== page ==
Weekly Standard: Protecting Privacy; How the Fourth Amendment can keep up with high-tech surveillance by Matthew Feeney:
The Fourth Amendment is in a sorry state. The constitutional provision intended to protect us and our property from unreasonable searches and seizures has been weakened over decades—a fact that ought to be of acute concern at a time when surveillance technology is increasingly intrusive and secretive. A modernization of Fourth Amendment doctrines is long overdue.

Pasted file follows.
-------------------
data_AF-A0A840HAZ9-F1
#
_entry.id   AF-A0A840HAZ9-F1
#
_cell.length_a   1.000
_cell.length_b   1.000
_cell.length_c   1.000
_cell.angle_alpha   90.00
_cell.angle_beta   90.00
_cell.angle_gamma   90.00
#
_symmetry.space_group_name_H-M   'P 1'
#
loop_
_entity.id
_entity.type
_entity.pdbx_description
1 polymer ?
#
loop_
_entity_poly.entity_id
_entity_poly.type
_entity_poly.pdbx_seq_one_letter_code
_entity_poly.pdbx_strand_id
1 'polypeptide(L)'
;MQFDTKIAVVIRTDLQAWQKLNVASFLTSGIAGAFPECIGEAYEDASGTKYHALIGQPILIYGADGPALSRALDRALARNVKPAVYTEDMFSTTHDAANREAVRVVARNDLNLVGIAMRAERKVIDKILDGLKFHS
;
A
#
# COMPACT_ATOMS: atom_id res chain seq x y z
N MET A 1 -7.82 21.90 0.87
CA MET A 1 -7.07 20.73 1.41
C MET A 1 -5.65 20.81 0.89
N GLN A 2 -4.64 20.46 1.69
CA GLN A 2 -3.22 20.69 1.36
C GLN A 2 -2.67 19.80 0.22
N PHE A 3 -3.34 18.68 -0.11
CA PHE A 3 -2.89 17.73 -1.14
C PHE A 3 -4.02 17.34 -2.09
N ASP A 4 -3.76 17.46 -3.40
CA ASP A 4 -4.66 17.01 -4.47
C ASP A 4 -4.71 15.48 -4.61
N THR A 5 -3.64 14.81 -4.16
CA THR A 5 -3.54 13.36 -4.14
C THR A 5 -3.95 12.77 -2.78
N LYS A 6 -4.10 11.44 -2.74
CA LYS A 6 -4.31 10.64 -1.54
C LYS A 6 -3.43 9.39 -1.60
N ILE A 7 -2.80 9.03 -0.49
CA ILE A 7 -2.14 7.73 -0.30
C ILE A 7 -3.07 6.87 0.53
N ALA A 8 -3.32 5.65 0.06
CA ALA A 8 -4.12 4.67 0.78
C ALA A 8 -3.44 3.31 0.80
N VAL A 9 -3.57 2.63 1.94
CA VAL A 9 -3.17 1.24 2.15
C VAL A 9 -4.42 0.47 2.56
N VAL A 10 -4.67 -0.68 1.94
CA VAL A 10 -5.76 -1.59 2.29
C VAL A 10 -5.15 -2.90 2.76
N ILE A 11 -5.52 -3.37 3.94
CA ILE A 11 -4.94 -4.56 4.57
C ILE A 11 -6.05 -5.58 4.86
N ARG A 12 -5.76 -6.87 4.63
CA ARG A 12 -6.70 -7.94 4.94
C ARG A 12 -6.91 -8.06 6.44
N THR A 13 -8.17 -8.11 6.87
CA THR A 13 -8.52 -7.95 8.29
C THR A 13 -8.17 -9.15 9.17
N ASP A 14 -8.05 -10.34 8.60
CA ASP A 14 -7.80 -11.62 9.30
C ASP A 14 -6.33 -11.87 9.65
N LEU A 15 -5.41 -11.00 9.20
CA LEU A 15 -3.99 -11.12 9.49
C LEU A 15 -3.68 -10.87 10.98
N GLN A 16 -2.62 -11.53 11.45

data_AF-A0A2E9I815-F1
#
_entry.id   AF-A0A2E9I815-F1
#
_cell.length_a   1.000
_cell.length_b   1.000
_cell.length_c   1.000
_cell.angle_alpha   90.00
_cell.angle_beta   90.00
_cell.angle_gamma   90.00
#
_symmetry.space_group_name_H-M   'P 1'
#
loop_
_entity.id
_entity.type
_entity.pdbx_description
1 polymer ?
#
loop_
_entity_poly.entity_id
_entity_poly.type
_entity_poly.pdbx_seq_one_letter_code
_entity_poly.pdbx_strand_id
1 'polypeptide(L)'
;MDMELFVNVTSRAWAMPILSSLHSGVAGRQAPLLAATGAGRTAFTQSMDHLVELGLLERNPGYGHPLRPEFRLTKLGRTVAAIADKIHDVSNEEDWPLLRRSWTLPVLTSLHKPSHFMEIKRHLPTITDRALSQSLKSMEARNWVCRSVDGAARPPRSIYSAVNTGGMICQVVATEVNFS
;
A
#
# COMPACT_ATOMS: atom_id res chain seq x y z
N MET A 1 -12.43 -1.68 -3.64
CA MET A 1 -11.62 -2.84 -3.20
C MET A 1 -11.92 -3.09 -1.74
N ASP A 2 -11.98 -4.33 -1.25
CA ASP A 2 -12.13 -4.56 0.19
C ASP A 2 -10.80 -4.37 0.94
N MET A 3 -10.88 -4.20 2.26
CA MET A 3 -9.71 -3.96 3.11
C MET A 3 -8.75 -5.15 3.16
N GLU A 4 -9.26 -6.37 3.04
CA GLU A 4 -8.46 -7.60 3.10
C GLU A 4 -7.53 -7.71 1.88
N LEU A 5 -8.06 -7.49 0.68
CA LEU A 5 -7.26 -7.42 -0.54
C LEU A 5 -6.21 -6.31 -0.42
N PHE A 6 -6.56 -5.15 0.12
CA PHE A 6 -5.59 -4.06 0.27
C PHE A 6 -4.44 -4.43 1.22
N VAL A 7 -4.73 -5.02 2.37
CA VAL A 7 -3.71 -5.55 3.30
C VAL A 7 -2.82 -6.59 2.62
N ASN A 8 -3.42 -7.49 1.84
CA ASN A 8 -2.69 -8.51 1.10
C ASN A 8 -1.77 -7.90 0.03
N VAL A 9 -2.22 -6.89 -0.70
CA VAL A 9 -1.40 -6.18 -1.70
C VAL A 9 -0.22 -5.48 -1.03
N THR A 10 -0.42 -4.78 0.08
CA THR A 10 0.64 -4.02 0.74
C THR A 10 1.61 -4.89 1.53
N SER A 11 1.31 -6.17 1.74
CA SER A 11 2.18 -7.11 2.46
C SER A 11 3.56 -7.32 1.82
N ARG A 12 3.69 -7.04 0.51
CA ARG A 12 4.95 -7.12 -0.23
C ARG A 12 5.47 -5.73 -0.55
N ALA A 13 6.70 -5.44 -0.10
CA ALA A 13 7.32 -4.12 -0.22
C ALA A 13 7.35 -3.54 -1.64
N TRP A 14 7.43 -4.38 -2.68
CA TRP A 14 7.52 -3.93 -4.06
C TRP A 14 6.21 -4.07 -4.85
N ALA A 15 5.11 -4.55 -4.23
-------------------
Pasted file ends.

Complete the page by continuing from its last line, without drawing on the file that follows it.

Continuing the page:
In his new book, The Fourth Amendment in an Age of Surveillance, David Gray, a professor at the University of Maryland’s Francis King Carey School of Law, attempts to outline what such a modernization might look like. To establish why reform is necessary, he offers a historical account. Gray traces the concepts embodied in the amendment back to mid-18th-century concerns in both England and the American colonies about overly broad permissions for executive agents. In England, the focus of the controversy was general warrants, which were vague in purpose and almost unlimited in scope.